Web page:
Half Past Meltdown

Theta Pearl Whitman, I am tired of you. This will be my last NaNoWriMo with you as my main character, and I am intersted to move on to other characters. For four years now, I have lived with this same cast, give or take a couple of characters. It’s interesting—they’re like a family at this point. Three novels I have written with them, or almost. And I know I have years to enjoy them on rewrites, research, editing, and fleshing out. But the heart of the novel—the dust into which we breathed life, which then took on the living body that it is—that part will be done in less than 24 hours. And that kinda makes me sad.

An era will be ended. The era of banging out my first books, my precious baby trilogy, during three wild National Novel Writing Months. Sure, I’ve word-padded; sure, I’ll have to come back and fill in the holes and perfect. But three times now, I have pulled the lever, and had lightning strike. Three times now, the monster has sat up, and I have screamed, “It’s alive!”

I can spend the rest of my life perfecting these books, or rush them out the door, misshapen but publishable. Most likely what I will do is somewhere in between the two. But the fact is, it is time to edit and perfect the creations, the monsters I have brought to life. The first spark—the moment they first sat up—will, this time tomorrow, be behind me.

The birth will be over. I will be grooming and growing them. Preparing for the creation of the next book, of which I am throrughly intimidated. But the first three will alaways be special, if for no other reason than because they are the three books I was born to write. All else is pleasure.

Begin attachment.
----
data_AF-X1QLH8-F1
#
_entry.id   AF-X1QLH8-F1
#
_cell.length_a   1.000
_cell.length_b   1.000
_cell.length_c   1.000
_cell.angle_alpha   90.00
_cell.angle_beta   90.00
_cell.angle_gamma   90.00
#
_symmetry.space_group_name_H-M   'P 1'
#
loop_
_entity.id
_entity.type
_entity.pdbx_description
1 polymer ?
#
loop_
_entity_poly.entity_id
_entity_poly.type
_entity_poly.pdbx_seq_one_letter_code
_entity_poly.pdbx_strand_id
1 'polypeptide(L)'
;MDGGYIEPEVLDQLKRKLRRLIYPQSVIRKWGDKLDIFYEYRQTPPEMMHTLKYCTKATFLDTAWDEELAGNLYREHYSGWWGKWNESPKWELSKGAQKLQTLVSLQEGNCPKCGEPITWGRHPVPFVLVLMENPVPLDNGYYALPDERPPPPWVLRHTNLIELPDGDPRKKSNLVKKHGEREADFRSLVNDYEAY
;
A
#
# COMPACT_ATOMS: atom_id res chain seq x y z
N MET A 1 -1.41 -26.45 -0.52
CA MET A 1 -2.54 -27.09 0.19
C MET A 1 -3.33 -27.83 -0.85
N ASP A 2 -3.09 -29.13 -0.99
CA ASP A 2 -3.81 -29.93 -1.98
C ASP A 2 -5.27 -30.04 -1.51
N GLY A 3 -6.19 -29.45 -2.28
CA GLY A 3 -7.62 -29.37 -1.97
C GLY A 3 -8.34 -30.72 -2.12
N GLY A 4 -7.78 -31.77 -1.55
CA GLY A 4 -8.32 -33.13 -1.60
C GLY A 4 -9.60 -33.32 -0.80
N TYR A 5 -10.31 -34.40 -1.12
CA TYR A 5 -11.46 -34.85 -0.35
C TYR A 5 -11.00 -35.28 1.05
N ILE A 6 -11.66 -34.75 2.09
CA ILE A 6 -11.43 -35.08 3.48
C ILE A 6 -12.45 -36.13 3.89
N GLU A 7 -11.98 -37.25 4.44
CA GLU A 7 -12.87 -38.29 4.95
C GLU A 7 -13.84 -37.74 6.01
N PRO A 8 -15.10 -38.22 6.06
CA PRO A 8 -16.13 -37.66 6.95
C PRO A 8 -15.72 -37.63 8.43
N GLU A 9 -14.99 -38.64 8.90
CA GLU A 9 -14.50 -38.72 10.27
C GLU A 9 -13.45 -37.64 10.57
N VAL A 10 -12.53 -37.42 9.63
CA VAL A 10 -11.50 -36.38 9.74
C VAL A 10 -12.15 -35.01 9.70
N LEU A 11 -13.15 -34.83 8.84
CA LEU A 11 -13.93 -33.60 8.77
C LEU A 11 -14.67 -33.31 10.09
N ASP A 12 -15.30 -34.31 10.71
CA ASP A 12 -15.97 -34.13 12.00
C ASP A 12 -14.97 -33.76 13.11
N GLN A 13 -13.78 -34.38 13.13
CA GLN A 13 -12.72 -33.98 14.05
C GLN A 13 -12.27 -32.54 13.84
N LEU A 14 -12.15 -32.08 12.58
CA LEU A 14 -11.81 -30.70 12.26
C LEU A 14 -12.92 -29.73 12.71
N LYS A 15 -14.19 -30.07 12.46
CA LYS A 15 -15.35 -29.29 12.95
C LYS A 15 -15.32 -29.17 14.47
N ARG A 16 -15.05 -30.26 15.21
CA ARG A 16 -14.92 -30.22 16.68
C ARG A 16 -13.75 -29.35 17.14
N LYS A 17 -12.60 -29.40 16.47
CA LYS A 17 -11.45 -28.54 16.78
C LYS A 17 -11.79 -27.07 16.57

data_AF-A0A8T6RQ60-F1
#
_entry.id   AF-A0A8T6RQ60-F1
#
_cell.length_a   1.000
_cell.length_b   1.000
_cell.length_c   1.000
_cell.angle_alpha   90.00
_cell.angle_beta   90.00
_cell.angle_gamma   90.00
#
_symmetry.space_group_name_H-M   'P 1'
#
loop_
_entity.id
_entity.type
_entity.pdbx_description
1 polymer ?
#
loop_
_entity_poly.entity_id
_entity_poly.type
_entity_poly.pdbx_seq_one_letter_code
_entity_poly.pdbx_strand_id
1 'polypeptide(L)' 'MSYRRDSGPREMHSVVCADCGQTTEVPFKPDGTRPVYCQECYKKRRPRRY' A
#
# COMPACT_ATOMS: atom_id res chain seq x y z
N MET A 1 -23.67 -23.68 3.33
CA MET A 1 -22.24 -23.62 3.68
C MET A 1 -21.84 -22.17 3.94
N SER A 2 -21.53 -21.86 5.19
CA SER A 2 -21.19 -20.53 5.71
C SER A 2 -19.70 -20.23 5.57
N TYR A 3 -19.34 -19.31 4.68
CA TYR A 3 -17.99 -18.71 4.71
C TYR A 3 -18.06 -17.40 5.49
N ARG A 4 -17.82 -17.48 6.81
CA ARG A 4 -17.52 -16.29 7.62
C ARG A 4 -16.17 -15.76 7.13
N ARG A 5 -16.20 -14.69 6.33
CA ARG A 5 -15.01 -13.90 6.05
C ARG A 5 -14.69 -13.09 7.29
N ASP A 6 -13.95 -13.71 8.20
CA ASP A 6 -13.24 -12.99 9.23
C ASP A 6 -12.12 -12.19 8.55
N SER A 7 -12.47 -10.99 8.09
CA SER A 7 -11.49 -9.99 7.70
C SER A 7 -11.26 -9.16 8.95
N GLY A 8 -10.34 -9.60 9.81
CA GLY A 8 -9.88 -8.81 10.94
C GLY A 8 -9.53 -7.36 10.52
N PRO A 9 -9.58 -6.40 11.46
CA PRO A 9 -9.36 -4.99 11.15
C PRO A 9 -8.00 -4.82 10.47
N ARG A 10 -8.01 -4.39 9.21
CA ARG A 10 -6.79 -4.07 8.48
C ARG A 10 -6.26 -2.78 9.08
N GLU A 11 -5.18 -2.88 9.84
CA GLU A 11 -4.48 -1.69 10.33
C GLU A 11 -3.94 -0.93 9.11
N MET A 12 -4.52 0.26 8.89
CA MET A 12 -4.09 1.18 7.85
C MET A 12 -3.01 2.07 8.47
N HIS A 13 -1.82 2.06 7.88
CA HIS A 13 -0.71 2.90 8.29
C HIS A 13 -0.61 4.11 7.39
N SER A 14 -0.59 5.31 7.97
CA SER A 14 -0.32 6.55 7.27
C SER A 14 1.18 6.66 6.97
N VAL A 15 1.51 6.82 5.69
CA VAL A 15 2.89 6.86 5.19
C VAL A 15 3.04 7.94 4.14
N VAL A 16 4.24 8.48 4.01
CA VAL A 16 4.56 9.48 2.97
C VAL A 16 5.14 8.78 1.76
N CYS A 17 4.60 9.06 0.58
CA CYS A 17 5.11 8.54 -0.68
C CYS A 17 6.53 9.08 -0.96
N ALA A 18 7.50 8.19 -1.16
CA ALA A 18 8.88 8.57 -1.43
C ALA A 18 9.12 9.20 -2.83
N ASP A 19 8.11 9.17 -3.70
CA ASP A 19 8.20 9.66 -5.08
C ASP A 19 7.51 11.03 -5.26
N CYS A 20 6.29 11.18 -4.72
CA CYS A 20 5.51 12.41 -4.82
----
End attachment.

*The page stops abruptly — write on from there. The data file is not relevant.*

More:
I have barely even begun to do them justice, I know. The cumulative six months or so I have spent planning and writing the bits that I have written, barely stack up to the years in which I will have to finish them. But I will be in a completely different phase then, with its own pleasures of novel gutting and renovation. But revamping something that already exists is totally different from bringing it into being out of nothing.

If I could think of anything else to say, I would write it. That is the trouble with trying to punch the whole NaNo thing out in the last weekend. Trying to squeeze fiction out of yourself like toothpaste from a tube has its downside. For one thing, if an idea is stupid or fucks you up, you have no time to go back and fix it, or even think of a good save. You have to just keep going, even if it means changing topics entirely within one sentence, grammar be damned.

It’s not even the typing, or the fatigue in your back or eyes or fingers. It is the total dearth of ideas after a certain number of hours. When you are away from your writing, there is a golden window of hours or days that you can stay away from it. Take too long, and you lose the momentum, the thread…the spell gets broken. That is a well documented risk. But there is a converse risk. If you do not take any time away from your writing at all—if you attempt to do what I am doing, and not even take longer than ten minute breaks, for hours and hours, day after day, you run out of thoughts. Not words, not ideas, but thoughts themselves. Your brain just absolutely stops having any juice in it.

I can hear my imagination wheezing.